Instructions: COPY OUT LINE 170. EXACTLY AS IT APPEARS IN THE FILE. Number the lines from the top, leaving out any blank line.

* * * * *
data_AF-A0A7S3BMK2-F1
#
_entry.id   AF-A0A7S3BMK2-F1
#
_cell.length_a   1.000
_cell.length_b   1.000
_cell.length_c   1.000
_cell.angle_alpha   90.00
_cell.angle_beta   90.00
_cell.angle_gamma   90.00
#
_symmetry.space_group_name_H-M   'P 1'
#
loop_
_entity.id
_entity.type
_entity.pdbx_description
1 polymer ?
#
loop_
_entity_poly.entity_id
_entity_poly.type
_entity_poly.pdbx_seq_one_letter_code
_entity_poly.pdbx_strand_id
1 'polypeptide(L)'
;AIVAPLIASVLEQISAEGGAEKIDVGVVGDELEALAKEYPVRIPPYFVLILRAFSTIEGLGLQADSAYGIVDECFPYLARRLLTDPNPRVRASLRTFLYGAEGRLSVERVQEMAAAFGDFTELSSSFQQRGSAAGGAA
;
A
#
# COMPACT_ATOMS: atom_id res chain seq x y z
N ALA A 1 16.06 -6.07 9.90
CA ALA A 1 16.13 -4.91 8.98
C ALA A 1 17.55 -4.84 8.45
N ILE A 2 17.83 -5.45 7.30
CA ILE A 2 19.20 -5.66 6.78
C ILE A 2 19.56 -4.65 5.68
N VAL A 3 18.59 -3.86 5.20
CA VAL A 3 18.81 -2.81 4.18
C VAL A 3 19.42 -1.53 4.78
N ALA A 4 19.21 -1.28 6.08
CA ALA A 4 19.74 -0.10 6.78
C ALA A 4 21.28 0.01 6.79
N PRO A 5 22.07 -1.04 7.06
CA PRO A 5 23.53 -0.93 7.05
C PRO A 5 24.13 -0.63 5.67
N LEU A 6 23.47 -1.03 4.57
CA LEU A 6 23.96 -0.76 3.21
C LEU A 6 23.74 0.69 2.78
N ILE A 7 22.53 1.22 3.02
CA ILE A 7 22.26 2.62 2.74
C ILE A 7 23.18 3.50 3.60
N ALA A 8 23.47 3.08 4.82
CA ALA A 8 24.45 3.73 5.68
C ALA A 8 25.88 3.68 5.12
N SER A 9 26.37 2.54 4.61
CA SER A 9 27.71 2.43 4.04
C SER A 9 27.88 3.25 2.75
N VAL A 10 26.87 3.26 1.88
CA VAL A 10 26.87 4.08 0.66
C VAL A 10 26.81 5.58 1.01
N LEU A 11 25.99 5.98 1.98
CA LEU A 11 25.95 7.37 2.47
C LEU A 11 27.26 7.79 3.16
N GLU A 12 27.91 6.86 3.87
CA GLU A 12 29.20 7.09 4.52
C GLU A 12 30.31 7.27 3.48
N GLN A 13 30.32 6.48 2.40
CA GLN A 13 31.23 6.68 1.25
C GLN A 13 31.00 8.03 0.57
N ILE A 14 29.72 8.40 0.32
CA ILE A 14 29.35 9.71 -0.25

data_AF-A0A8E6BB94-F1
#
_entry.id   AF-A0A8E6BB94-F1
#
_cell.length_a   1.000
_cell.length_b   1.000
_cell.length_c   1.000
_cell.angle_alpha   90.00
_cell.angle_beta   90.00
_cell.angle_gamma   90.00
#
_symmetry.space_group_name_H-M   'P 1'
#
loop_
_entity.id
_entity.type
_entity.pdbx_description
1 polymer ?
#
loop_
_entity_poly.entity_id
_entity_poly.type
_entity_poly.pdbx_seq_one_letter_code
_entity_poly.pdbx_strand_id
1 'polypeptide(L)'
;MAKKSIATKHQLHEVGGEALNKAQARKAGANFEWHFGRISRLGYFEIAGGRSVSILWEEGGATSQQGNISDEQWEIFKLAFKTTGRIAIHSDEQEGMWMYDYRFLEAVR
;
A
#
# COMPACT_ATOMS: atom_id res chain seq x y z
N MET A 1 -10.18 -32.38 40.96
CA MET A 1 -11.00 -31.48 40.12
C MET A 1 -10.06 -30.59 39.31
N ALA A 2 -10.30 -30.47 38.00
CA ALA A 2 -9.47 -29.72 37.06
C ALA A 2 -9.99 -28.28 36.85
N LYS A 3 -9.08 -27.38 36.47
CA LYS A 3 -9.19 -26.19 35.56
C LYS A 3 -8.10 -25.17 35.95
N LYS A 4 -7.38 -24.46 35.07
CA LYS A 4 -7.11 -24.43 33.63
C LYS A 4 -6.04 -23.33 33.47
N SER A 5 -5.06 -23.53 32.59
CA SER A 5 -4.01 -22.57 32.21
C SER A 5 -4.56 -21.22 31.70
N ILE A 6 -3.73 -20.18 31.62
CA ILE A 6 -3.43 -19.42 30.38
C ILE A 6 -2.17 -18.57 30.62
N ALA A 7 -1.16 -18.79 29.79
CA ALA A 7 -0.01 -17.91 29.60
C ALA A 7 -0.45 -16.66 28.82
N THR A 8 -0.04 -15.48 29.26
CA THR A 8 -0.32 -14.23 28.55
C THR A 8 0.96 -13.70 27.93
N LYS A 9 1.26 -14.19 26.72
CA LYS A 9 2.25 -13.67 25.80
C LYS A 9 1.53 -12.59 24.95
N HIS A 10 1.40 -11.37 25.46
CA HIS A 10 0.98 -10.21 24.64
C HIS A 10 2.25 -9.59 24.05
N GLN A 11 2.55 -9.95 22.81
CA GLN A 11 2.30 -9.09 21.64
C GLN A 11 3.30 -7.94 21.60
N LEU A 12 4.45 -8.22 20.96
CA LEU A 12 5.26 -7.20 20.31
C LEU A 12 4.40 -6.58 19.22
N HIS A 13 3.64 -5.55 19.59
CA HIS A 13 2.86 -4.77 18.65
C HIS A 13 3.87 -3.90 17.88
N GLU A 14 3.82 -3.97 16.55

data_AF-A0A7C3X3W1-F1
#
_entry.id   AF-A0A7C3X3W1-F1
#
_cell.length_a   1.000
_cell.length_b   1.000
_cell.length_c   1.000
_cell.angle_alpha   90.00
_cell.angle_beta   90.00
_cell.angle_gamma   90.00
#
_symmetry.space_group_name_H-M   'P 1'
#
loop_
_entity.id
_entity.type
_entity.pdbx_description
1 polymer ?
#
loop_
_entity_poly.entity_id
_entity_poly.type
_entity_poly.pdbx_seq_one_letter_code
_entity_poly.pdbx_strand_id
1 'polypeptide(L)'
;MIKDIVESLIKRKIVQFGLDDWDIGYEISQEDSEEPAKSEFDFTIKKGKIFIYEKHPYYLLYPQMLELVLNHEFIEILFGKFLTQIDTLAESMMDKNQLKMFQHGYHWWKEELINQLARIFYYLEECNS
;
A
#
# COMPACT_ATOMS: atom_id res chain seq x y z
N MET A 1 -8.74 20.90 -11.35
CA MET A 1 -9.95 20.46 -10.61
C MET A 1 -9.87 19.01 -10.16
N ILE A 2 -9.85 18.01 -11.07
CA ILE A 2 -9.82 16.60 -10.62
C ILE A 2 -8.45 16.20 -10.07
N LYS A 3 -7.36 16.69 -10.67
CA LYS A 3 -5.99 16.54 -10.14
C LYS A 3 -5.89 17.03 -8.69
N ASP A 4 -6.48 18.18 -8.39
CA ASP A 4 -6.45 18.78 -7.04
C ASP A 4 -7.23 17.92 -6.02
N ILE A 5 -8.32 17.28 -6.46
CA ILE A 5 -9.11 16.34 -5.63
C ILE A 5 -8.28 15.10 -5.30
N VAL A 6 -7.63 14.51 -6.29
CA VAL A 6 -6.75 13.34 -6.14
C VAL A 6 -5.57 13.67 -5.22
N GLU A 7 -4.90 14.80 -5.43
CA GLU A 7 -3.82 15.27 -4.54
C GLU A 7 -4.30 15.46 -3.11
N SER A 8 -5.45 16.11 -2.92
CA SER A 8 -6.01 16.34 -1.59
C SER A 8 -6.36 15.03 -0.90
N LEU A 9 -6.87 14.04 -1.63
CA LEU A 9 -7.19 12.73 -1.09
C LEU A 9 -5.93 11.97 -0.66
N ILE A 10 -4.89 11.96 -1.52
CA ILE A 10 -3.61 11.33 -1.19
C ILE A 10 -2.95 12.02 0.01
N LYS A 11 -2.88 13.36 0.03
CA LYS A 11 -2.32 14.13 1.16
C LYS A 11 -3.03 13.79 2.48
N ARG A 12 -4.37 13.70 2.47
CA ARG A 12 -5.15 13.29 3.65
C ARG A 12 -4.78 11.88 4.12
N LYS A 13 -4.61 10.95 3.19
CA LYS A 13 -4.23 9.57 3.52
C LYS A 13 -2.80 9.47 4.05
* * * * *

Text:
#